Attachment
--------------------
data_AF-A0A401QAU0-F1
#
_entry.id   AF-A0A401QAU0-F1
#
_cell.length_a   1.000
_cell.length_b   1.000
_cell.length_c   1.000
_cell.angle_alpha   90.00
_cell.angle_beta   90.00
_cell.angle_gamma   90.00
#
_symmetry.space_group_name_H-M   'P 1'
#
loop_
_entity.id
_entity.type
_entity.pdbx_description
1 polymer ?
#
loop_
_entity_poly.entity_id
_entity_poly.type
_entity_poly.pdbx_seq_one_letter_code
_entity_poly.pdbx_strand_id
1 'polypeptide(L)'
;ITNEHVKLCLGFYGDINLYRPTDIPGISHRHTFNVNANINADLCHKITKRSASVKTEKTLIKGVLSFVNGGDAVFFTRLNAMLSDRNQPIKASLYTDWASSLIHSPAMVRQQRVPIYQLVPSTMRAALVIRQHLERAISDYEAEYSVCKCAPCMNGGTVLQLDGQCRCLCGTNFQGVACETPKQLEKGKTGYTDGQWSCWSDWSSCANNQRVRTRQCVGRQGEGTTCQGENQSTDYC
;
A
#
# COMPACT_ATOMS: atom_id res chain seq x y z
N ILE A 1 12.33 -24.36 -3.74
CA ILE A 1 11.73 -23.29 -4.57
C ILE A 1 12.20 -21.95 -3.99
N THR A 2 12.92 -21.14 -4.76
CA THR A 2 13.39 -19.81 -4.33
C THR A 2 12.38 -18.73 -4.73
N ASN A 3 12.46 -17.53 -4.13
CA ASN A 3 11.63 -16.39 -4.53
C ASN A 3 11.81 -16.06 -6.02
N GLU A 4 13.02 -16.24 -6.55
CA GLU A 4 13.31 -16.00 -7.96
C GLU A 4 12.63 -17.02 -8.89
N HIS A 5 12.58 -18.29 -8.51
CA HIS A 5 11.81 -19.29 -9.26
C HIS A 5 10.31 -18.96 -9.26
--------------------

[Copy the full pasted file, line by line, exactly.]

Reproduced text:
data_AF-A0A401QAU0-F1
#
_entry.id   AF-A0A401QAU0-F1
#
_cell.length_a   1.000
_cell.length_b   1.000
_cell.length_c   1.000
_cell.angle_alpha   90.00
_cell.angle_beta   90.00
_cell.angle_gamma   90.00
#
_symmetry.space_group_name_H-M   'P 1'
#
loop_
_entity.id
_entity.type
_entity.pdbx_description
1 polymer ?
#
loop_
_entity_poly.entity_id
_entity_poly.type
_entity_poly.pdbx_seq_one_letter_code
_entity_poly.pdbx_strand_id
1 'polypeptide(L)'
;ITNEHVKLCLGFYGDINLYRPTDIPGISHRHTFNVNANINADLCHKITKRSASVKTEKTLIKGVLSFVNGGDAVFFTRLNAMLSDRNQPIKASLYTDWASSLIHSPAMVRQQRVPIYQLVPSTMRAALVIRQHLERAISDYEAEYSVCKCAPCMNGGTVLQLDGQCRCLCGTNFQGVACETPKQLEKGKTGYTDGQWSCWSDWSSCANNQRVRTRQCVGRQGEGTTCQGENQSTDYC
;
A
#
# COMPACT_ATOMS: atom_id res chain seq x y z
N ILE A 1 12.33 -24.36 -3.74
CA ILE A 1 11.73 -23.29 -4.57
C ILE A 1 12.20 -21.95 -3.99
N THR A 2 12.92 -21.14 -4.76
CA THR A 2 13.39 -19.81 -4.33
C THR A 2 12.38 -18.73 -4.73
N ASN A 3 12.46 -17.53 -4.13
CA ASN A 3 11.63 -16.39 -4.53
C ASN A 3 11.81 -16.06 -6.02
N GLU A 4 13.02 -16.24 -6.55
CA GLU A 4 13.31 -16.00 -7.96
C GLU A 4 12.63 -17.02 -8.89
N HIS A 5 12.58 -18.29 -8.51
CA HIS A 5 11.81 -19.29 -9.26
C HIS A 5 10.31 -18.96 -9.26